Durban, 05 April 2023:

It is with great sadness that The Sharks and KwaZulu-Natal Rugby Union mourn the passing of the legendary former Natal and Springbok coach, Mr Ian McIntosh, who led The Sharks into the professional era and four Currie Cup titles during the 1990s.

“Mr Mac” as he was fondly known, was a revolutionary in rugby, a trailblazer, an innovator, and an icon who helped turn the B league Banana Boys into The Sharks, who became a South African rugby force during his time as coach.

In paying tribute to Mr McIntosh, The Sharks CEO Dr Eduard Coetzee said: “When you speak of the legends of Sharks rugby, the first name that springs to mind is Mr Mac. He embodied the very essence of Sharks rugby and was a passionate and loyal supporter until the very end.

“His contribution to the game was immense and we extend our sincere condolences to his wife Rona, his children, grandchildren, his extended family and everyone who knew and loved this larger-than-life personality, who lived and breathed the game of rugby.”

After leading Natal to the Currie Cup title in the union’s centenary year in 1990, he quickly became a household name in South African rugby and followed his success with a second title in 1992.

He was selected as the Springbok coach in 1993 and 1994 after his achievements with the province and on his return to Durban, he claimed back-to-back victories in the 1995 and 1996 tournaments as the province dominated the competition for a decade.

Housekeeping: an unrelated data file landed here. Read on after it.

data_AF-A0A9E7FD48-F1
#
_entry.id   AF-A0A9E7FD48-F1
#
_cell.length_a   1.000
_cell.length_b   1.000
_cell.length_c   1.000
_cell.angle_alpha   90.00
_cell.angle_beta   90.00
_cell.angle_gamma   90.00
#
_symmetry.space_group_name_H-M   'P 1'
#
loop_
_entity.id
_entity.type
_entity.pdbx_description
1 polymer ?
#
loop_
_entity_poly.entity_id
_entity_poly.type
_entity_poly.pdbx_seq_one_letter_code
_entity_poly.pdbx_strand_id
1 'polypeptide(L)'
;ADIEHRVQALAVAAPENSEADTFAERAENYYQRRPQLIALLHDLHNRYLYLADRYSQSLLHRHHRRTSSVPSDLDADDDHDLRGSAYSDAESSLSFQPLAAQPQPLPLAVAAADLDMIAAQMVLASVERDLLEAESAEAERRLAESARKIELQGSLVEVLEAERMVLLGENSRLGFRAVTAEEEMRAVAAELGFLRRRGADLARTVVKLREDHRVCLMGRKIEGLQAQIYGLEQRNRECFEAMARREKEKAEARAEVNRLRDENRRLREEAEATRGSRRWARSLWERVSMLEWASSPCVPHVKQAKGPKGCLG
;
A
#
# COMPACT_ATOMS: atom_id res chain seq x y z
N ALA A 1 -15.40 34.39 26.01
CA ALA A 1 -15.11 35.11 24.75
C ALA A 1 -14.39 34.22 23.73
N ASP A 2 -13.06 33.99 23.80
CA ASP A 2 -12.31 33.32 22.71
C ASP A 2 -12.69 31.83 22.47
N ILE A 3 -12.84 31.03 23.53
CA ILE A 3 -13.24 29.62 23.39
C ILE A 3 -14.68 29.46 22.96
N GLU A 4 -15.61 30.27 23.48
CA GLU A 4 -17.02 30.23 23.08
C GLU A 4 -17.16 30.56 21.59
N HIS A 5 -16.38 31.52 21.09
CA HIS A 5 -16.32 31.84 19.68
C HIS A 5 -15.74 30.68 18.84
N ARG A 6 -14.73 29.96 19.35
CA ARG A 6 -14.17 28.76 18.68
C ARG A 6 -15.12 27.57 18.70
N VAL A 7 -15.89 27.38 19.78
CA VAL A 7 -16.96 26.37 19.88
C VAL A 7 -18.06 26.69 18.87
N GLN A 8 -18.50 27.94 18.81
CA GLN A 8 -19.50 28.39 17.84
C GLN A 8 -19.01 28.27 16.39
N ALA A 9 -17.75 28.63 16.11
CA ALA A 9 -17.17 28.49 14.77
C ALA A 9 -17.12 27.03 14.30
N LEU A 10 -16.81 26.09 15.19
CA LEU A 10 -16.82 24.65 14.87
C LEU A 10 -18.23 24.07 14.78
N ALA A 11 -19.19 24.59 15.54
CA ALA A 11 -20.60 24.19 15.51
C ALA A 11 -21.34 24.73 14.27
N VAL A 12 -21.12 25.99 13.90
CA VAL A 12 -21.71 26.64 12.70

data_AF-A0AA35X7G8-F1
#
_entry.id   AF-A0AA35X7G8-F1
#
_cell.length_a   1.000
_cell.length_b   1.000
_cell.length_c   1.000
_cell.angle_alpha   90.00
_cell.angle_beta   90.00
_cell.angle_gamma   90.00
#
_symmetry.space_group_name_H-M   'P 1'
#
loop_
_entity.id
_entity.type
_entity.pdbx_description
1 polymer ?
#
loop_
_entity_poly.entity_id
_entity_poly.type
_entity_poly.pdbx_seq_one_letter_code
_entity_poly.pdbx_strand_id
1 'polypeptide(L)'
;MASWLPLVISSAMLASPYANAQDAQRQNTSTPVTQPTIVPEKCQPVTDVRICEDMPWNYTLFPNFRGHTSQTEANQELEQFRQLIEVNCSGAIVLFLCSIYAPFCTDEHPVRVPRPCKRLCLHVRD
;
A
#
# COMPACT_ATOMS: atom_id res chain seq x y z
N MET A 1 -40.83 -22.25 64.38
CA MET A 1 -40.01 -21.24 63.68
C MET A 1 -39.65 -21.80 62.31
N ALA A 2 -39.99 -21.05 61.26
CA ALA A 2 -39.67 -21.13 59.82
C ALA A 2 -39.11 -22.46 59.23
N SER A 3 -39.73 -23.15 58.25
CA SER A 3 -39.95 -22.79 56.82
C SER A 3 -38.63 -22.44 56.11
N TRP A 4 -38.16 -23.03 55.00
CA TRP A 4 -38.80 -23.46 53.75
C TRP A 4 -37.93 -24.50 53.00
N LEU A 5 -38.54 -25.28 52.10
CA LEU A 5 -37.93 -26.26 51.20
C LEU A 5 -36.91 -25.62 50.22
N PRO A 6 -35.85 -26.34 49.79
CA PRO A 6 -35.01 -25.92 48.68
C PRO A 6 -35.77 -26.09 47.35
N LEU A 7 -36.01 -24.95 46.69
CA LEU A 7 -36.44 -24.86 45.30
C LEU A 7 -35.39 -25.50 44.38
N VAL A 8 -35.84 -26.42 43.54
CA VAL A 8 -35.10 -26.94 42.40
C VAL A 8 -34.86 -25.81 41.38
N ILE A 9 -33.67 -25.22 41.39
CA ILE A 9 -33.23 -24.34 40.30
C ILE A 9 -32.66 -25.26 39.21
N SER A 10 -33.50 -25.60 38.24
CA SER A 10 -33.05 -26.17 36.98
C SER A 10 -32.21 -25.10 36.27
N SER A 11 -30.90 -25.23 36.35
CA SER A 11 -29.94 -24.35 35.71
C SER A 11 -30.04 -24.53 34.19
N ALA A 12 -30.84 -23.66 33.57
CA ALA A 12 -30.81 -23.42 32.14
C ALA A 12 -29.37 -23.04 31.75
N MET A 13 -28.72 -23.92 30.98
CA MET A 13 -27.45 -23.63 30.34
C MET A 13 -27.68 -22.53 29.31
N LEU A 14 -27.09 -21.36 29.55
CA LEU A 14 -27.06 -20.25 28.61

Former CEO of The Sharks and now President of the KwaZulu-Natal Rugby Union, Mr Brian van Zyl added: “I am saddened to hear of Mac’s passing and extend my deepest condolences to his entire family. He was not only innovative, but also practical. He did not want robots for players, but intelligent men who could think on their feet. He personified what is meant to wear the jersey with pride and was a true rugby man.

“His piercing stare and intense personality underlined his determination to succeed, but a glint in his eye marked him as a man of the people. His players respected him, but they also loved him and would do anything for him.

“His proud and celebrated legacy will continue for years to come.”

When he retired as Sharks coach at the end of the 1999 season, his passion for the sport kept him involved in rugby and he spent many years with the South African Rugby Legends, coaching the team of former Springboks as well as rugby clinics in disadvantaged areas.

In 2013, World Rugby awarded the Vernon Pugh Award for Distinguished Service to Mr McIntosh, for his outstanding service to coaching and management.

In 2021, his legacy at The Sharks was honoured when the main entrance to the stadium was renamed the Ian McIntosh Gate.

Rest in peace Mr Mac. You have run your race and what a race it was!

Forever a legend. Forever a Shark.

ENDS.

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